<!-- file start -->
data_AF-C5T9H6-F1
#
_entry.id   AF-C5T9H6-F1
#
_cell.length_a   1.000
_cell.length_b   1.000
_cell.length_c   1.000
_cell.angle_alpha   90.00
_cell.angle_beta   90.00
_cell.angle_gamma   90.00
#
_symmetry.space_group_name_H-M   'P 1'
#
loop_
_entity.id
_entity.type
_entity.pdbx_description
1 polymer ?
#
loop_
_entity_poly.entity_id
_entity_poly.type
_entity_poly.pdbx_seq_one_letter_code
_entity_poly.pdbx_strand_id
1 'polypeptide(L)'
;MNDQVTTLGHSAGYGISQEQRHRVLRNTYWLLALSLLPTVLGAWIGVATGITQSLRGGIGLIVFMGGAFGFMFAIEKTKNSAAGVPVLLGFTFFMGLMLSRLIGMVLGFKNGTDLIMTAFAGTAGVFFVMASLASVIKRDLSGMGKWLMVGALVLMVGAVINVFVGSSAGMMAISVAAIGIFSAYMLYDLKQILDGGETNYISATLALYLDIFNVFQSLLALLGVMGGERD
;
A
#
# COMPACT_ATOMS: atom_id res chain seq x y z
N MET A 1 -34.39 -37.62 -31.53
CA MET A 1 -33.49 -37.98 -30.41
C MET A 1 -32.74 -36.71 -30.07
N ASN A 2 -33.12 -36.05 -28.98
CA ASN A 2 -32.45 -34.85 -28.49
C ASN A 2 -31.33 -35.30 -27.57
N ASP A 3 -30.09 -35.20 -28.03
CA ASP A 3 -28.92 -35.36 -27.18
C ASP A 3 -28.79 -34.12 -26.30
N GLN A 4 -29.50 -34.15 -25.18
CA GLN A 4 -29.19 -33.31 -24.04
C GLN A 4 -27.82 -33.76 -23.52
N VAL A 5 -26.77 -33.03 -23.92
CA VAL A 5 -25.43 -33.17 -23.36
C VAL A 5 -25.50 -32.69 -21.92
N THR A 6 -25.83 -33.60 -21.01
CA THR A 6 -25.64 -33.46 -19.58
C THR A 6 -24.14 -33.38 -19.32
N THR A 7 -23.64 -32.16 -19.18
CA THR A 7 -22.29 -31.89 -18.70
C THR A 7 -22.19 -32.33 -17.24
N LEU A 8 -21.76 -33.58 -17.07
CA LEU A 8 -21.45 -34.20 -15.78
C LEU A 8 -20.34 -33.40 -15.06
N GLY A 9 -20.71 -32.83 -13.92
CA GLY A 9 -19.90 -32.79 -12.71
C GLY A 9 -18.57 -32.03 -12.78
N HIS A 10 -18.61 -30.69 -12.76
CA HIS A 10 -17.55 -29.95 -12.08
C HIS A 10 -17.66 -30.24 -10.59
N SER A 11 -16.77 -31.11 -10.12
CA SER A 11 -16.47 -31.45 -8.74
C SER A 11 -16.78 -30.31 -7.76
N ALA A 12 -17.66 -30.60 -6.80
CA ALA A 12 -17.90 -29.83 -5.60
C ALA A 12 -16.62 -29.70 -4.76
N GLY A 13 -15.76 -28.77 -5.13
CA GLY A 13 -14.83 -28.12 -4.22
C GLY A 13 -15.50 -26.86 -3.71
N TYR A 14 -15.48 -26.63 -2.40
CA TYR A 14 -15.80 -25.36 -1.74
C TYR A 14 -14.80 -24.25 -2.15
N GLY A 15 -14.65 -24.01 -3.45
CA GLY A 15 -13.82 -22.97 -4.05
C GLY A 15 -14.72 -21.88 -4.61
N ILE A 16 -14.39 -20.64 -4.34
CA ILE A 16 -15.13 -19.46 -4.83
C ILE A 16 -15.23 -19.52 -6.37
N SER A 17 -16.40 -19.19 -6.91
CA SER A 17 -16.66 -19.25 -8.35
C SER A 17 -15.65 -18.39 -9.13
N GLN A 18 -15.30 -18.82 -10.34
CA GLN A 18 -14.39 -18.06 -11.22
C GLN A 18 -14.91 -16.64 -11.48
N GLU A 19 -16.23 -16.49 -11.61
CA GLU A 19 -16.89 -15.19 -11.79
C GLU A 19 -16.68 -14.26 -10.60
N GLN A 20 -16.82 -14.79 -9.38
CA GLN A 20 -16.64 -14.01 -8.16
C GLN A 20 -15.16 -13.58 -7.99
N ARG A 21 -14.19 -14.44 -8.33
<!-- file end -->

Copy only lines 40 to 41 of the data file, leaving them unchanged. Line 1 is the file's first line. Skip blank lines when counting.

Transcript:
N GLN A 4 -29.50 -34.15 -25.18
CA GLN A 4 -29.19 -33.31 -24.04